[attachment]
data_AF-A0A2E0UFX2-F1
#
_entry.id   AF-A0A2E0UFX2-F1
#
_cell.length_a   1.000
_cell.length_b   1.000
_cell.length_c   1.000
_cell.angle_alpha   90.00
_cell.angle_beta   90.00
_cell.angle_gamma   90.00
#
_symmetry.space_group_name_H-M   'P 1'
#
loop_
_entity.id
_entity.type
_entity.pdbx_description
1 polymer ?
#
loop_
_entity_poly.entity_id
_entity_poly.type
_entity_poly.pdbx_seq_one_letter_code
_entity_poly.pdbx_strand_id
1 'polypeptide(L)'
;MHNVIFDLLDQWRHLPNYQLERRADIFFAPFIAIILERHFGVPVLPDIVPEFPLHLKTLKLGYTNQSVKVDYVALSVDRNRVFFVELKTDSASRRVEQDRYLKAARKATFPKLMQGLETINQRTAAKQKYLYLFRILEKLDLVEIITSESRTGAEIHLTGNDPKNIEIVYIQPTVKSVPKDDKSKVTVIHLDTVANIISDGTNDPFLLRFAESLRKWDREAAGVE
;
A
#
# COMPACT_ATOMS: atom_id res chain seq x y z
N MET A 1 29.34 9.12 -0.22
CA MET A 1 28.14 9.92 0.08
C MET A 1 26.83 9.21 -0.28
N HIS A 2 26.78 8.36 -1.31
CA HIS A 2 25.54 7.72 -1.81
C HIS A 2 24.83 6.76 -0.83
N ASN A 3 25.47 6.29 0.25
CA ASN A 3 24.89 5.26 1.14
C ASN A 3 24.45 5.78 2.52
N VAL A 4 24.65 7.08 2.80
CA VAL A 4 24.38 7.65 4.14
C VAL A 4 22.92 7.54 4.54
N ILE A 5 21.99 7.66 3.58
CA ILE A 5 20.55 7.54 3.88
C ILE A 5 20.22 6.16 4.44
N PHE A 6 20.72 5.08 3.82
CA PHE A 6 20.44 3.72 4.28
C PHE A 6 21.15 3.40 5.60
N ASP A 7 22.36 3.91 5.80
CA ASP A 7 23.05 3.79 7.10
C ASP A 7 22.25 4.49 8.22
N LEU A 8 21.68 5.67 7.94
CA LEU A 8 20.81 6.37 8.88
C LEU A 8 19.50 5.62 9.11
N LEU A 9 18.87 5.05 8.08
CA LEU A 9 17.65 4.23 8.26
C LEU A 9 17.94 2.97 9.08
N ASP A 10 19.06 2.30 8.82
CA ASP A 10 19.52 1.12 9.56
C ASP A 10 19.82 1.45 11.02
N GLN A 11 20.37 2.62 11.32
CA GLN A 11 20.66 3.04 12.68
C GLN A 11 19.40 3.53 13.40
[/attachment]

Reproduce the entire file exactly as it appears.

data_AF-A0A2E0UFX2-F1
#
_entry.id   AF-A0A2E0UFX2-F1
#
_cell.length_a   1.000
_cell.length_b   1.000
_cell.length_c   1.000
_cell.angle_alpha   90.00
_cell.angle_beta   90.00
_cell.angle_gamma   90.00
#
_symmetry.space_group_name_H-M   'P 1'
#
loop_
_entity.id
_entity.type
_entity.pdbx_description
1 polymer ?
#
loop_
_entity_poly.entity_id
_entity_poly.type
_entity_poly.pdbx_seq_one_letter_code
_entity_poly.pdbx_strand_id
1 'polypeptide(L)'
;MHNVIFDLLDQWRHLPNYQLERRADIFFAPFIAIILERHFGVPVLPDIVPEFPLHLKTLKLGYTNQSVKVDYVALSVDRNRVFFVELKTDSASRRVEQDRYLKAARKATFPKLMQGLETINQRTAAKQKYLYLFRILEKLDLVEIITSESRTGAEIHLTGNDPKNIEIVYIQPTVKSVPKDDKSKVTVIHLDTVANIISDGTNDPFLLRFAESLRKWDREAAGVE
;
A
#
# COMPACT_ATOMS: atom_id res chain seq x y z
N MET A 1 29.34 9.12 -0.22
CA MET A 1 28.14 9.92 0.08
C MET A 1 26.83 9.21 -0.28
N HIS A 2 26.78 8.36 -1.31
CA HIS A 2 25.54 7.72 -1.81
C HIS A 2 24.83 6.76 -0.83
N ASN A 3 25.47 6.29 0.25
CA ASN A 3 24.89 5.26 1.14
C ASN A 3 24.45 5.78 2.52
N VAL A 4 24.65 7.08 2.80
CA VAL A 4 24.38 7.65 4.14
C VAL A 4 22.92 7.54 4.54
N ILE A 5 21.99 7.66 3.58
CA ILE A 5 20.55 7.54 3.88
C ILE A 5 20.22 6.16 4.44
N PHE A 6 20.72 5.08 3.82
CA PHE A 6 20.44 3.72 4.28
C PHE A 6 21.15 3.40 5.60
N ASP A 7 22.36 3.91 5.80
CA ASP A 7 23.05 3.79 7.10
C ASP A 7 22.25 4.49 8.22
N LEU A 8 21.68 5.67 7.94
CA LEU A 8 20.81 6.37 8.88
C LEU A 8 19.50 5.62 9.11
N LEU A 9 18.87 5.05 8.08
CA LEU A 9 17.65 4.23 8.26
C LEU A 9 17.94 2.97 9.08
N ASP A 10 19.06 2.30 8.82
CA ASP A 10 19.52 1.12 9.56
C ASP A 10 19.82 1.45 11.02
N GLN A 11 20.37 2.62 11.32
CA GLN A 11 20.66 3.04 12.68
C GLN A 11 19.40 3.53 13.40